If there is an opposite of an Ideal Reader, you are mine. "There is not a God and you're stupid if you think so" is unlikely to convince anyone over the age of ten. If I ever want to embarass atheists and their claims of inherent intellectual superiority, I'll simply write a column quoting from many of the emails I received. Prior to my responses to the detailed critiques, someone complained that I was only responding to the ones that made atheists look bad; I assure you, those examples weren't even in the bottom third.

This round is over. We'll revisit it the next time I write on the subject.

Tuesday, December 02, 2003

Bloody right he's a hero

Gloria Feldt, president of Planned Parenthood Federation of America, sent out an e-mail to some 80,000 abortion-rights advocates across the country to advertise the group's effort to protect the Austin project. The e-mail references Danze by name, calls him an "out-of-control anti-choice fanatic" and accuses him of harassing local builders and threatening to blacklist them.

"As alarming as you and I find his blacklist strategy, anti-choice activists around the country consider Mr. Danze a hero and right now, they're eagerly pursuing ways to bring his harassing tactics to more communities," Feldt wrote in the e-mail. "We've got to let friends and foes alike know that, for every out-of-control anti-choice fanatic that crawls out of the woodwork, there are thousands of us ready, willing and able to defend the essential health services that Planned Parenthood clinics provide for women and families all across this country."

Color me an out-of-control anti-choice fanatic too. Or, as I would put it, someone who is extreme about not killing children in any way for any reason. Got a problem with that, Oberleutnant Feldt? Essential health services - what a crock of propagandistic Newspeak. I have zero tolerance for the executioners of Planned Parenthood. If we were willing to carpet-bomb Dresden in the interest of preventing Germans from collecting taxes from the French, should we not at least be willing to speak out in protest against abortionettes murdering children? We need more men like Chris Danze.

I have said it before. I will say it again. Calling a feminist a feminazi is an insult to National Socialism.

The post-parodic university

From Jason Steorts at National Review: Among the more colorful figures hawking their wares at American universities is self-styled "ecofeminist" Carol J. Adams, known principally for her 1999 book The Sexual Politics of Meat: A Feminist-Vegetarian Critical Theory. Adams traverses the campus speaking circuit and presents a slideshow that, according to her website, addresses "the animalizing of women in contemporary cultural images and the sexualizing of animals used for food."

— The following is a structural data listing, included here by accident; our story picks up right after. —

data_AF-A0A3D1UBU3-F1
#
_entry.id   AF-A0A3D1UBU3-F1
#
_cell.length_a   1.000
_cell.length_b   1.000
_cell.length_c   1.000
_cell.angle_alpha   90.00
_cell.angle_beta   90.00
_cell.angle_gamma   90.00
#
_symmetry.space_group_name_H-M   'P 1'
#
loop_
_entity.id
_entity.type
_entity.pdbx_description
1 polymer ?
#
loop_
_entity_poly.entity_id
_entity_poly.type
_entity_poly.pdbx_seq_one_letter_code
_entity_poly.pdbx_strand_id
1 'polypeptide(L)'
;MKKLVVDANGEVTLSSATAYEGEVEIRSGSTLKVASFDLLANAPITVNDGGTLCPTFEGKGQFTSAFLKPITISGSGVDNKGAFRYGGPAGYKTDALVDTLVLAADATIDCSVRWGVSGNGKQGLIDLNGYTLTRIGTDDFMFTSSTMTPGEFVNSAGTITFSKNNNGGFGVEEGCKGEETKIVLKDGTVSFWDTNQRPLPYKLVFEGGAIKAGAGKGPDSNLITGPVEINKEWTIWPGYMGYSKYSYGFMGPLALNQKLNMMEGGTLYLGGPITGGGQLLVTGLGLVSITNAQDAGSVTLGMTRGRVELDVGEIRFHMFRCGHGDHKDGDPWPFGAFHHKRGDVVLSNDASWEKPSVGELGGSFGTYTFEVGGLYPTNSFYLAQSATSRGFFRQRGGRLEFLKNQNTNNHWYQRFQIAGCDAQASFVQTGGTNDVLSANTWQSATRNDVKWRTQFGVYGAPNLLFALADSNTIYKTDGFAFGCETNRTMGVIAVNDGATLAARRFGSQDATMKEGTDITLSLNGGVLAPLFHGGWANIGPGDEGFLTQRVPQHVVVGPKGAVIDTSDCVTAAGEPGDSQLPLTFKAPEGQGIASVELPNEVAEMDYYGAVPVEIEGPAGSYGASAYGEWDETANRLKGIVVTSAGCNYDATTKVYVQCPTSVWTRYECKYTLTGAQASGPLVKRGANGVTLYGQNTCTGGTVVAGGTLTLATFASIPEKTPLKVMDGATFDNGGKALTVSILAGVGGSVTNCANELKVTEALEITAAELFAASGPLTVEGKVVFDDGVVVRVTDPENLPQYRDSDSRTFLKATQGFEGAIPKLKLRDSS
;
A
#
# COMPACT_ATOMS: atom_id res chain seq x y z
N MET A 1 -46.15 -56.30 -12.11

Yes, this is the sort of intellectual that university officials like to bring in to speak to students. The woman actually makes her living by talking about the sexual politics of meat. Forget postmodern, this is post-parody. I wonder if she's ever been to the University of Tennessee?

Good books

DB writes: My question to you is would you mind providing a list of your favorite books or whatever book/books you are currently reading? I think it would be a great addition to your blog for all of your fans/readers out here in America. I know that I would thoroughly enjoy it. I saw where you recommended some books to a specific reader on your blog site and was hoping that you could possibly expand it. I actually had another question for you in regards to your opinion of the "The Sopranos." I know you wrote sort of a mini-review of "The Matrix" awhile ago at your blog and was curious to know what you thought of the New Jersey crime family.

I'm currently reading William Gibson's Virtual Light, while Space Bunny is reading George Eliot's Middlemarch. Yes, gentlemen, she's hot, blonde and reads quality literature to boot. My ten favorite authors right now are: